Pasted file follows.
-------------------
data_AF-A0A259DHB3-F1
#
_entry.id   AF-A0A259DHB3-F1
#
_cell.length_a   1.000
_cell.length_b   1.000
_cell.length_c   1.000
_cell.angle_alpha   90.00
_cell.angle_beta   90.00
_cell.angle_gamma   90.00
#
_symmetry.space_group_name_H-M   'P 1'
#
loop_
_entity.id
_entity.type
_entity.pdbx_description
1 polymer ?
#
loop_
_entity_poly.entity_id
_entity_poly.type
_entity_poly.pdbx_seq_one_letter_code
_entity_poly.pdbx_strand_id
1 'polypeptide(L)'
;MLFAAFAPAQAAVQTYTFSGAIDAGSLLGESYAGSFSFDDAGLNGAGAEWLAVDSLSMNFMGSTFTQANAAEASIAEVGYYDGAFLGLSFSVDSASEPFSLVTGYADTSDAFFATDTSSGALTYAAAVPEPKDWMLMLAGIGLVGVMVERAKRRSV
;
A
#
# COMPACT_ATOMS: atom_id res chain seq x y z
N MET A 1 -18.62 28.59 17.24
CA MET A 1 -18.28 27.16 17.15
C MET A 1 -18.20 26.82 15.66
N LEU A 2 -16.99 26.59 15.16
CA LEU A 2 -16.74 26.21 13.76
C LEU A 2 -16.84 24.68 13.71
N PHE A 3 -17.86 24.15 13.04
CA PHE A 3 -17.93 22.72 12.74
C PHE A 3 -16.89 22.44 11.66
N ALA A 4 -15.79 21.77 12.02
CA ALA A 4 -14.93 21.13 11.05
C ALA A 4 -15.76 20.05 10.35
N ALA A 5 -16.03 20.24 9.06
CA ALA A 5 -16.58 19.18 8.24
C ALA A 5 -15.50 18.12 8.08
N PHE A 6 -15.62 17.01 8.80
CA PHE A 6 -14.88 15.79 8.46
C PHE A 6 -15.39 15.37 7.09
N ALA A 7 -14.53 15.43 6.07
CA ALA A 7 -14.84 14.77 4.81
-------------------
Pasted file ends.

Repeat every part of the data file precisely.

data_AF-A0A259DHB3-F1
#
_entry.id   AF-A0A259DHB3-F1
#
_cell.length_a   1.000
_cell.length_b   1.000
_cell.length_c   1.000
_cell.angle_alpha   90.00
_cell.angle_beta   90.00
_cell.angle_gamma   90.00
#
_symmetry.space_group_name_H-M   'P 1'
#
loop_
_entity.id
_entity.type
_entity.pdbx_description
1 polymer ?
#
loop_
_entity_poly.entity_id
_entity_poly.type
_entity_poly.pdbx_seq_one_letter_code
_entity_poly.pdbx_strand_id
1 'polypeptide(L)'
;MLFAAFAPAQAAVQTYTFSGAIDAGSLLGESYAGSFSFDDAGLNGAGAEWLAVDSLSMNFMGSTFTQANAAEASIAEVGYYDGAFLGLSFSVDSASEPFSLVTGYADTSDAFFATDTSSGALTYAAAVPEPKDWMLMLAGIGLVGVMVERAKRRSV
;
A
#
# COMPACT_ATOMS: atom_id res chain seq x y z
N MET A 1 -18.62 28.59 17.24
CA MET A 1 -18.28 27.16 17.15
C MET A 1 -18.20 26.82 15.66
N LEU A 2 -16.99 26.59 15.16
CA LEU A 2 -16.74 26.21 13.76
C LEU A 2 -16.84 24.68 13.71
N PHE A 3 -17.86 24.15 13.04
CA PHE A 3 -17.93 22.72 12.74
C PHE A 3 -16.89 22.44 11.66
N ALA A 4 -15.79 21.77 12.02
CA ALA A 4 -14.93 21.13 11.05
C ALA A 4 -15.76 20.05 10.35
N ALA A 5 -16.03 20.24 9.06
CA ALA A 5 -16.58 19.18 8.24
C ALA A 5 -15.50 18.12 8.08
N PHE A 6 -15.62 17.01 8.80
CA PHE A 6 -14.88 15.79 8.46
C PHE A 6 -15.39 15.37 7.09
N ALA A 7 -14.53 15.43 6.07
CA ALA A 7 -14.84 14.77 4.81